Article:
Release: 19th October 2015
Format: BR / DVD / DGTL
Located off the coast of Costa Rica, the Jurassic World luxury resort provides a habitat for an array of genetically engineered dinosaurs, including the vicious and intelligent Indominus rex. When the massive creature escapes, it sets off a chain reaction that causes the other dinos to run amok. Now, it’s up to a former military man and animal expert (Chris Pratt) to use his special skills to save two young brothers and the rest of the tourists from an all-out, prehistoric assault.
So it’s been some 20 years since John Hammond first announced, “we have a T-Rex!”, and you’d be forgiven for assuming that Jurassic Park’s well-worn legacy lived and died with its glorious original outing. Fear not though, as Jurassic World is really rather good.
Slow to start, and initially lacking in awe-inspiring moments, it first appears that newbie director Colin Trevorrow has failed to revive an ailing species. Yet there are moments when a pulse of hope flutters within the film. First the Mosasaurus reveal, then the Indominous Rex escape, then the containment unit attack – brief glimpses of entertainment emerge. In all honesty, even the raptor training scene works pretty well. But it all finally bursts to familiar life with THAT scene in the Gyrosphere…and we’re back in business!
The more the action builds, logic goes out of the window; (how long do goggle batteries last? and is a dying dinosaur really more important than saving two children?) but ’tis to be expected in a blowout extravaganza such as this. The trade-off is that in return for surrendering sense, we get some awesome set pieces and a slow-mo money shot that could become as iconic as the rippling water in Spielberg’s original.
Bryce Dallas Howard and a sombre Chris Pratt are affable enough and help hold the film together; in spite of some relatively base character roles. While on the other end of the spectrum, are two of the least engaging children in the franchise’s history. It’s unusual to see Spielberg (who serves as Executive Producer here) help cast such charmless child actors, but in Ty Simpkins and Nick Robinson they’ve truly scraped the lowest regions of that barrel. Special mention is to be made of Jake Johnson, the everyman who is essentially Jurassic World’s mirth machine.
I’d be loathed to spill many more beans, as it remains to say Jurassic World’s spark is in the sum parts of its viewing experience. Watch it now.
Film Grade: B
Frustratingly, Jurassic World gets a very puffy set of special features that essentially tread water and circle similar territory rather than giving any substantial insight into the film. Director Colin Trevorrow and Chris Pratt get the bulk of airtime, which starts with the brisk Chris & Colin Take On The World, and goes from there. The two share an easy chemistry, with Pratt offering some thoughtful words about his experiences on set.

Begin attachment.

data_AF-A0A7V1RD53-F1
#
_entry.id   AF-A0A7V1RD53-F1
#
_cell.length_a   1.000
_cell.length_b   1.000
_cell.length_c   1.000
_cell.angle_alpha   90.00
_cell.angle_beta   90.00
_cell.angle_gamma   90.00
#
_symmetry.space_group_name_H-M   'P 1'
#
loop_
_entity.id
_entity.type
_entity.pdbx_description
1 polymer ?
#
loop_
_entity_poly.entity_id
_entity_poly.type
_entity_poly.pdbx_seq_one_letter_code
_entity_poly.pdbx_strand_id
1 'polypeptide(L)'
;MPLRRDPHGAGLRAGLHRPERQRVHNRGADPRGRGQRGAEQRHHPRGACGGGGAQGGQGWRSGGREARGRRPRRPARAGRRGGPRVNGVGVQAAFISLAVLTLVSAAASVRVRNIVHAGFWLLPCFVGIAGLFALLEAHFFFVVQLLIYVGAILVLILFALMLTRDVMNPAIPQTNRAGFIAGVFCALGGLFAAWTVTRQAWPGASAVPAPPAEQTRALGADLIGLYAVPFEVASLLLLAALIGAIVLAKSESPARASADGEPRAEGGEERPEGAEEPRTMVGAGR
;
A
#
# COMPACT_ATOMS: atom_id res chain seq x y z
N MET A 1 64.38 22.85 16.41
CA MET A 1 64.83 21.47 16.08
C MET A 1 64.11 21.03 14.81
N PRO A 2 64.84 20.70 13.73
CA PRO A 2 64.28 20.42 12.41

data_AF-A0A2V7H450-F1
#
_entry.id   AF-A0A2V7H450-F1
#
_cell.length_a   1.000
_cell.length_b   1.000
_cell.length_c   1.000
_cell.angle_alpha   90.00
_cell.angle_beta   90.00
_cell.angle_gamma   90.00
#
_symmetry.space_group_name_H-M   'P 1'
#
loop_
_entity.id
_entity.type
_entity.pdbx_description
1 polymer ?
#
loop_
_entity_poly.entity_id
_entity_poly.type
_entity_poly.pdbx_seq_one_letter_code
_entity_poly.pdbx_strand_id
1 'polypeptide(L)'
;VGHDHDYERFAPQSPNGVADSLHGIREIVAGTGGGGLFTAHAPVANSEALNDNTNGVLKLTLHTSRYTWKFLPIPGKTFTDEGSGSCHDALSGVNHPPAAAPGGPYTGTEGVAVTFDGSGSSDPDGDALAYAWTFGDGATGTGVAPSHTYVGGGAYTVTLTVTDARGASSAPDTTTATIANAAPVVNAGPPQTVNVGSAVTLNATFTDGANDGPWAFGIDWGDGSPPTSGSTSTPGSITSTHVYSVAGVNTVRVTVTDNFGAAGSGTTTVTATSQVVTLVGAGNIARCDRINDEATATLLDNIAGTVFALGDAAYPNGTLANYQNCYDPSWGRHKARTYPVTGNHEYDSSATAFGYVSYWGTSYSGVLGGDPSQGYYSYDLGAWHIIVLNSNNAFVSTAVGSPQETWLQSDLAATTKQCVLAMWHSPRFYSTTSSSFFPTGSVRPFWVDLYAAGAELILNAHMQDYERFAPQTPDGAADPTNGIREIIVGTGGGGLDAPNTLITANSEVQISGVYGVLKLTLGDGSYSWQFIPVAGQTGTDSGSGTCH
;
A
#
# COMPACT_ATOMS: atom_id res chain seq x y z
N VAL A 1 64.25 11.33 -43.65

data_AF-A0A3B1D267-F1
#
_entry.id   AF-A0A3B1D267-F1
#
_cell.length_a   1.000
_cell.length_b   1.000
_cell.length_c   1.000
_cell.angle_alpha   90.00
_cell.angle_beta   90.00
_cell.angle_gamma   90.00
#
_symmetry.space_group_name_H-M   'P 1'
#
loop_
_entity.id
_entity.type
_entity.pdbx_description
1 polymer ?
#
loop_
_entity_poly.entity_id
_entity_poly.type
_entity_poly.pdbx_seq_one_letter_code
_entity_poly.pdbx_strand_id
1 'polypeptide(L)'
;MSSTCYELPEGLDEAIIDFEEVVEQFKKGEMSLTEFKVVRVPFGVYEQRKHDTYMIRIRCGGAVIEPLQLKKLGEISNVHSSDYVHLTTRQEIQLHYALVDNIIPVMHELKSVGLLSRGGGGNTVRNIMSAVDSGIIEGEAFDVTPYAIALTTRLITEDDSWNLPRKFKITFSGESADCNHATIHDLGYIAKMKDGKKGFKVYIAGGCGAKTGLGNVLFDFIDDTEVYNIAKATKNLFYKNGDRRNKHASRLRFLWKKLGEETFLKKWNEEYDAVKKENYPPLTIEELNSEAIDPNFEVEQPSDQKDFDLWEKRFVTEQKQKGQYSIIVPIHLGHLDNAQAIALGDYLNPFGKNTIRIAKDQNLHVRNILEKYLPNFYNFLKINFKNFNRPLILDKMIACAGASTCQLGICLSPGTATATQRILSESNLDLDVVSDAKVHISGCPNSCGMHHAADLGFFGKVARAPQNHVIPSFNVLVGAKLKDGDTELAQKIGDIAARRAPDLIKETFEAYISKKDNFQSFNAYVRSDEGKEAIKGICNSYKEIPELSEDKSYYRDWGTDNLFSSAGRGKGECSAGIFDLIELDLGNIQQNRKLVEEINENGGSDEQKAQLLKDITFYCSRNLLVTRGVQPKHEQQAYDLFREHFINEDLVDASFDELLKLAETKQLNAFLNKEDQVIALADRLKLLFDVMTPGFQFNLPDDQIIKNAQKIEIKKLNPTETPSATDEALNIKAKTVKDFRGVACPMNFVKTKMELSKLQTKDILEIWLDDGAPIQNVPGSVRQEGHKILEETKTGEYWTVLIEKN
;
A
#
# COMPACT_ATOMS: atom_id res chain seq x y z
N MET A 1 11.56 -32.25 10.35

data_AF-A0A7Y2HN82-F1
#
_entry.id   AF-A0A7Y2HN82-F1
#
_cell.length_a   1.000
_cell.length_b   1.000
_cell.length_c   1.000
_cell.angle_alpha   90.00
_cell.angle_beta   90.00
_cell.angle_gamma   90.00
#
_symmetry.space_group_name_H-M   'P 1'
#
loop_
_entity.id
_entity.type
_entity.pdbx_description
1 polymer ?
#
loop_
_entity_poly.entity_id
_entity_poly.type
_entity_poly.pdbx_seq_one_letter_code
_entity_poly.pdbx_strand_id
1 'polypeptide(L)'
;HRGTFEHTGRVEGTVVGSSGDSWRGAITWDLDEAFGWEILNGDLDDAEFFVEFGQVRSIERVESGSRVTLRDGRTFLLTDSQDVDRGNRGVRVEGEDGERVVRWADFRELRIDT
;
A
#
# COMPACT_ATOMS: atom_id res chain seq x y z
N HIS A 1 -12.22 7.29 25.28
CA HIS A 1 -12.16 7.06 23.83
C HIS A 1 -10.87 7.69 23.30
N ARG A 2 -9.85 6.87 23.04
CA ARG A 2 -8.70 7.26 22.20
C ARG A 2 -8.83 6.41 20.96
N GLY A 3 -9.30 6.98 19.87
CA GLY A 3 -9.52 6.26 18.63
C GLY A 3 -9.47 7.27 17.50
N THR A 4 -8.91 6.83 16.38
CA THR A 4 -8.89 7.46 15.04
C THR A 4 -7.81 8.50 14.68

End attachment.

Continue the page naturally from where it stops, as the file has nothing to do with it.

Pratt pops up again to lead the way in Innovation Centre Tour With Chris Pratt. This blink and you’ll miss it advertorial offers some neat close ups of the film’s new visitor’s centre and Colonel Sanders-esque John Hammond statue in it’s lobby. The second feature/advert comes in the form of Jurassic World: All-Access Pass, which is a misleading title, as it’s really just a trickle of talking heads and flybys of scenes from the film.
A series of Deleted Scenes offer no additional worth, barring one fun exchange mirroring the infamous dino poop scene from the original Jurassic Park. Whilst Dinosaurs Roam Once Again has some nice yet fleeting up close and personal looks at the practical dinosaurs used during production. The beauty of these models is outstanding, and it is a shame elements such as these get such minimal attention.
Welcome To Jurassic World comes closest to what could be described as a ‘documentary’, with its sugary back slapping sycophancy intercut with genuinely interesting looks at the film’s production. Trevorrow offers coherent and thoughtful soundbites, whilst a steady stream of new and engaging behind-the-scenes clips detail just how overwhelming the undertaking must have been for the young director. And the oft discussed high-heels dilemma is finally answered. How did Bryce Dallas Howard outrun a T-Rex in heels? She didn’t. She wore pumps…the cheat!
One nice extra feature is the descriptive audio which offers the visually impaired a chance to experience the film in a more engaging way. Kudos to Universal for that.
That being said, when all is said and done you cannot help but wonder; where oh where is a director’s commentary!? Or at the very least, a retrospective of the franchise as a whole.
Special Features Grade: C-
Jurassic World is a such a high profile release, that you’d expect the Blu-Ray to be brimming with special features…but it really isn’t. The film itself looks gorgeous on the format, and is just as entertaining upon repeat viewings. But with little to explore after the credits end, you can’t help but feel a little short changed. Clearly when it comes down to it, Universal Studios have failed to spare no expense.